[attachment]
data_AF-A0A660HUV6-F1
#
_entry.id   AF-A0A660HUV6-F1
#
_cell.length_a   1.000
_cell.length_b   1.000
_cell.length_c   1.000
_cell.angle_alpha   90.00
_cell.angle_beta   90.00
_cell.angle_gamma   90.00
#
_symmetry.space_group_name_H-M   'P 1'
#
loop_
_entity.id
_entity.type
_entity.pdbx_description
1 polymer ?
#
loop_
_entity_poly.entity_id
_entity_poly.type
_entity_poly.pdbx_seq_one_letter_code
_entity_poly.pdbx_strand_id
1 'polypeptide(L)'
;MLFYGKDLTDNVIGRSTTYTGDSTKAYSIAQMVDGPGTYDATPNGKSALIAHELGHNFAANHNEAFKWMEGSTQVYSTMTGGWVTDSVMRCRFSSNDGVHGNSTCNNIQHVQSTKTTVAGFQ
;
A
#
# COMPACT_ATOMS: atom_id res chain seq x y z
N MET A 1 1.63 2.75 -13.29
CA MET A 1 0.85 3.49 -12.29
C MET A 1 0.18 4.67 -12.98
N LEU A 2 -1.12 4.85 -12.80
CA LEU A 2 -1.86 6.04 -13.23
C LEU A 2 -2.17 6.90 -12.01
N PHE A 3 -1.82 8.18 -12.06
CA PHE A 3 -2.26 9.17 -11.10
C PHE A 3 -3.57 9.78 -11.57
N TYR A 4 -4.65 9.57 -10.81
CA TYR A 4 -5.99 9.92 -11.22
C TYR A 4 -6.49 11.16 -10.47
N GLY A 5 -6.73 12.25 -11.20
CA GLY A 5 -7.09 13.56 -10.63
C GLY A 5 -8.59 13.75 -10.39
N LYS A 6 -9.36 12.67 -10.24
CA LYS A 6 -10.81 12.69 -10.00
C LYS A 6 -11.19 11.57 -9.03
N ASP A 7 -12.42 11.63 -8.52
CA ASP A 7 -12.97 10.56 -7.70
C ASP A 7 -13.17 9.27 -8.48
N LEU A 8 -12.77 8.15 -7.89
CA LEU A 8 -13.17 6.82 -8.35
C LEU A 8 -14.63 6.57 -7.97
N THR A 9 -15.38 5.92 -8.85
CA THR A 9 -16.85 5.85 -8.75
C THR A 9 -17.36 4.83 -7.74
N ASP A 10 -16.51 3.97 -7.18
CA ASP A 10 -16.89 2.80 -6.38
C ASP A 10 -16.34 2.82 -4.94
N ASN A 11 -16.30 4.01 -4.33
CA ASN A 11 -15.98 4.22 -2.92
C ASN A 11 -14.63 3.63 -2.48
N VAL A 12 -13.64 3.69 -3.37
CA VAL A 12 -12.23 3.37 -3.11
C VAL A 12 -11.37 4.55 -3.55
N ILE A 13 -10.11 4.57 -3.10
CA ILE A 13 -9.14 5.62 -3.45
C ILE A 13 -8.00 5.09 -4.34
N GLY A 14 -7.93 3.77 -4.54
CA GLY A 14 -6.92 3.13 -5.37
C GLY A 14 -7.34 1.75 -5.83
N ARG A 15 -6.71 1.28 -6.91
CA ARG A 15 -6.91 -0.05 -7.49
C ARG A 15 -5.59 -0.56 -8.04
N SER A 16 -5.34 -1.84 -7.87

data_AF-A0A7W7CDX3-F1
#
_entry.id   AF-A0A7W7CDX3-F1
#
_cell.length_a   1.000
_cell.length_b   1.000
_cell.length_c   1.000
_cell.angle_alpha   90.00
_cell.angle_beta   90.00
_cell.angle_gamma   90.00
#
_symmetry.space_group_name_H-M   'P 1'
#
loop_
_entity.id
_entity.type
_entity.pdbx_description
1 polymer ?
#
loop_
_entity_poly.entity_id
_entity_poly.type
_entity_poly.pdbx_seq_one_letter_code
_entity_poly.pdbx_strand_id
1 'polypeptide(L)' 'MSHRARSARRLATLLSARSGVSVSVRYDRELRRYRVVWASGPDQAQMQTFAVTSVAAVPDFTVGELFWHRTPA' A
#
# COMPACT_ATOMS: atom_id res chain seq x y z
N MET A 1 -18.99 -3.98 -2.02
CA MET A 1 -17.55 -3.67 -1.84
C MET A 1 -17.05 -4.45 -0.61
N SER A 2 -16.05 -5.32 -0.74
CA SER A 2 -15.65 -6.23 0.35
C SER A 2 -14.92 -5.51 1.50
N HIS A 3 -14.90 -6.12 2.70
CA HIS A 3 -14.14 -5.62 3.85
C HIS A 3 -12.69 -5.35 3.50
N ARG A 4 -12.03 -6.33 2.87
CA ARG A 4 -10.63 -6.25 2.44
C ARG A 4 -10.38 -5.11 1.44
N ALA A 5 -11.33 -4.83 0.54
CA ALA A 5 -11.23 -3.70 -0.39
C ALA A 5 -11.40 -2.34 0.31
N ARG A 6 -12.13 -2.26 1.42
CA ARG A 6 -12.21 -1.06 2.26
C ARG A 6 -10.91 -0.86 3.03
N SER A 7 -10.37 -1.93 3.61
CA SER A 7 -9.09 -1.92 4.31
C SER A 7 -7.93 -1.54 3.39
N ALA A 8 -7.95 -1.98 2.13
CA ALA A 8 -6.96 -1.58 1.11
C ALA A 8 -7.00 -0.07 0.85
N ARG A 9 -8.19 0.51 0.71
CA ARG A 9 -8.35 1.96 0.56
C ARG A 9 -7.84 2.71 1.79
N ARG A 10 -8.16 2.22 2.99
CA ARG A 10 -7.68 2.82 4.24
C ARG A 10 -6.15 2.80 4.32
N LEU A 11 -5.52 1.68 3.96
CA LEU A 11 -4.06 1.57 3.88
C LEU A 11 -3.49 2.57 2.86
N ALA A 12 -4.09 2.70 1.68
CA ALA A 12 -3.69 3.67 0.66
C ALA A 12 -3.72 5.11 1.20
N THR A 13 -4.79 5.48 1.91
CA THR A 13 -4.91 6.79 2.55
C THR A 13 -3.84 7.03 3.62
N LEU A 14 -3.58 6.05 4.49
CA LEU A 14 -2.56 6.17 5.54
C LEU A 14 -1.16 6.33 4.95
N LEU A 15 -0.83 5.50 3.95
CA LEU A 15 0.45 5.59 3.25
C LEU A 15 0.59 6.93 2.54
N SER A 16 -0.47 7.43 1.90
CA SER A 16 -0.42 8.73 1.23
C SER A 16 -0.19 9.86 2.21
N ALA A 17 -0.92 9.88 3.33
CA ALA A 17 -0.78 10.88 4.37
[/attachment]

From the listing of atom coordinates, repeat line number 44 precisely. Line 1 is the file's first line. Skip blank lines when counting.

CA GLY A 5 -7.09 13.56 -10.63